Worse. Maybe they do have readers they trust and think they know what they are doing, but they don’t.

 

Worst. Maybe when they see all the markings I’ve left, they’ll be devastated.

 

I always find something that they do well and leave notes to the effect that I admire that they’re writing, that they have great ideas, but they need to work on the fundamentals first. But that still leaves the actual manuscript with all the “red marks.”  Is that part of growing a thick skin?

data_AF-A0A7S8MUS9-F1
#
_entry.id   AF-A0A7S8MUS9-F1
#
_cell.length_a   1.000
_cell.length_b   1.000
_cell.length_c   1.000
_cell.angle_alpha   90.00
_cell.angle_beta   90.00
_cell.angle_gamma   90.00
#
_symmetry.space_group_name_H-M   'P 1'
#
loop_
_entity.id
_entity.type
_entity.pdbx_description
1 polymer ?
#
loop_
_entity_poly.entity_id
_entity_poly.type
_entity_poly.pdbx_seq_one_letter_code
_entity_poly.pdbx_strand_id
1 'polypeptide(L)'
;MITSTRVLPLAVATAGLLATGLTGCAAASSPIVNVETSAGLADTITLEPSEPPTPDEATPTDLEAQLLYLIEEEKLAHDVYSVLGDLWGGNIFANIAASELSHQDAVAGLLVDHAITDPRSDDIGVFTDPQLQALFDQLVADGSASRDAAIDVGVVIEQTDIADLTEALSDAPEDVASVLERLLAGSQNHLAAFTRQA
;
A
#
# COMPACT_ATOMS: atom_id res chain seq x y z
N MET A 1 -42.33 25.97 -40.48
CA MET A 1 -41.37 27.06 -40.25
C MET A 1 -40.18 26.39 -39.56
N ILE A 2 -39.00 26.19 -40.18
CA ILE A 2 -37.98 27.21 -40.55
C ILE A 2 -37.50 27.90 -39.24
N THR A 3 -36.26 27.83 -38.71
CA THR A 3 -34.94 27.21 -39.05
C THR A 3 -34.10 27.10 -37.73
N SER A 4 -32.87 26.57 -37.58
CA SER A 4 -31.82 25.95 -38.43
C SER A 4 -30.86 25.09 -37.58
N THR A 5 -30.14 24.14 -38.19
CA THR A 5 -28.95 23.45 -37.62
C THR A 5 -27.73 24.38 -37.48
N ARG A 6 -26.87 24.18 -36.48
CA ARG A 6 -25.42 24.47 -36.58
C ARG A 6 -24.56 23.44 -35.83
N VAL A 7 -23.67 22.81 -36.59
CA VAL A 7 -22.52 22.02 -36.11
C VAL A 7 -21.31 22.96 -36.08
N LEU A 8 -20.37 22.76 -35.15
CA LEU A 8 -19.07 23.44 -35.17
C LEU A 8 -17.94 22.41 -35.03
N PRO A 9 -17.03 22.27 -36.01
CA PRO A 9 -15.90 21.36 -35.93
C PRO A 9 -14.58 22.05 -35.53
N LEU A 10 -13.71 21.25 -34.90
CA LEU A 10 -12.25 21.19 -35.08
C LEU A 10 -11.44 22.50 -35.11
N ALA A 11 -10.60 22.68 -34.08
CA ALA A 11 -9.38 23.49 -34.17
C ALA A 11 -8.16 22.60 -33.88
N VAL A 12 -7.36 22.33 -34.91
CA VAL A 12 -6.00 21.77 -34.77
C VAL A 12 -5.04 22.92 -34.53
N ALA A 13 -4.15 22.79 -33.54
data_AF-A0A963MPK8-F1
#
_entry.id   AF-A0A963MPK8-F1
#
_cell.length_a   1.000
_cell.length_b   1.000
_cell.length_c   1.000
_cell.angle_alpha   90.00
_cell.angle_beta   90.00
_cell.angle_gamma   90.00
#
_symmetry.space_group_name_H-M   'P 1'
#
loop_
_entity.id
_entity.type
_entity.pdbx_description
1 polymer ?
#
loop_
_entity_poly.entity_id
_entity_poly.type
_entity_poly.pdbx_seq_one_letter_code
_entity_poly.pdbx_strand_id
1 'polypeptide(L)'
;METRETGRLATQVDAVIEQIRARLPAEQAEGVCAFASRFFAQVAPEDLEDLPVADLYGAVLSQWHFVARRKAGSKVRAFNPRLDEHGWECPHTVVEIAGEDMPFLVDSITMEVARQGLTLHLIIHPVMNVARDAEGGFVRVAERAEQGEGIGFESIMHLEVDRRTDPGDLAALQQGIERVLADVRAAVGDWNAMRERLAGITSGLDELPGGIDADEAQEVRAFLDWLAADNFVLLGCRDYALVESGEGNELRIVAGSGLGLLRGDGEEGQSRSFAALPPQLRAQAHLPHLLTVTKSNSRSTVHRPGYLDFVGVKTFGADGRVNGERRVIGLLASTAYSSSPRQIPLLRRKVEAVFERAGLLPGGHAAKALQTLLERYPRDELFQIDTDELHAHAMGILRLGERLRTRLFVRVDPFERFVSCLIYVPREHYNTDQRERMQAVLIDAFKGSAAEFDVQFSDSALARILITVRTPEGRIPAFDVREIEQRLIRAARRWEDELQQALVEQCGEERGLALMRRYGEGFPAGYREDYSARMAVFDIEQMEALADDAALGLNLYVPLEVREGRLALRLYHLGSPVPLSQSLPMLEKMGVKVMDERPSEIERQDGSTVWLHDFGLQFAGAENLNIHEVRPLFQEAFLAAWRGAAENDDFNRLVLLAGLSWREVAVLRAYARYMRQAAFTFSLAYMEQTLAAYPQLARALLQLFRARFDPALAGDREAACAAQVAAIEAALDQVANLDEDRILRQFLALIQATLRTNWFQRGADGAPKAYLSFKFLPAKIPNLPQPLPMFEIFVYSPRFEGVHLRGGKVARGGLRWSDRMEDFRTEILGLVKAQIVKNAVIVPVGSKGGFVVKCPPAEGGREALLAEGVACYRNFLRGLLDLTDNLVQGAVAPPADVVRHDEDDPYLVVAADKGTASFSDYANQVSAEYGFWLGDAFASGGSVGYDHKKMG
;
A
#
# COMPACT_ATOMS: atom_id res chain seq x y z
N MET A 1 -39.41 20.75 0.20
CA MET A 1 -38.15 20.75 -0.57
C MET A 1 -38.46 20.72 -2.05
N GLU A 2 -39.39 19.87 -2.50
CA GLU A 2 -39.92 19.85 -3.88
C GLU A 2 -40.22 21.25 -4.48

I mean well, but I can’t help myself from correcting. What do you think?

(And, really, we’re talking about major errors here, not the occasional missing or misplaced comma.)

–Gabi

 

Books I’m reading now:

Maisie Dobbs by Jacqueline Winspear

Goofs, Gaffs, and Guffaws

Just about the only thing I consider myself an expert in is language. By language, I mean grammar, words, and such. I speak a few languages, and have studied the “old” and “middle” versions of two of those languages. When my writer friends need help with a construct or want to make sure they are writing something correctly, they come to me. I love it not because I am “the expert,” but because I love looking up arcane grammar points, learning subtle grammar, and just expanding my knowledge base. Yes, I do language research just for fun.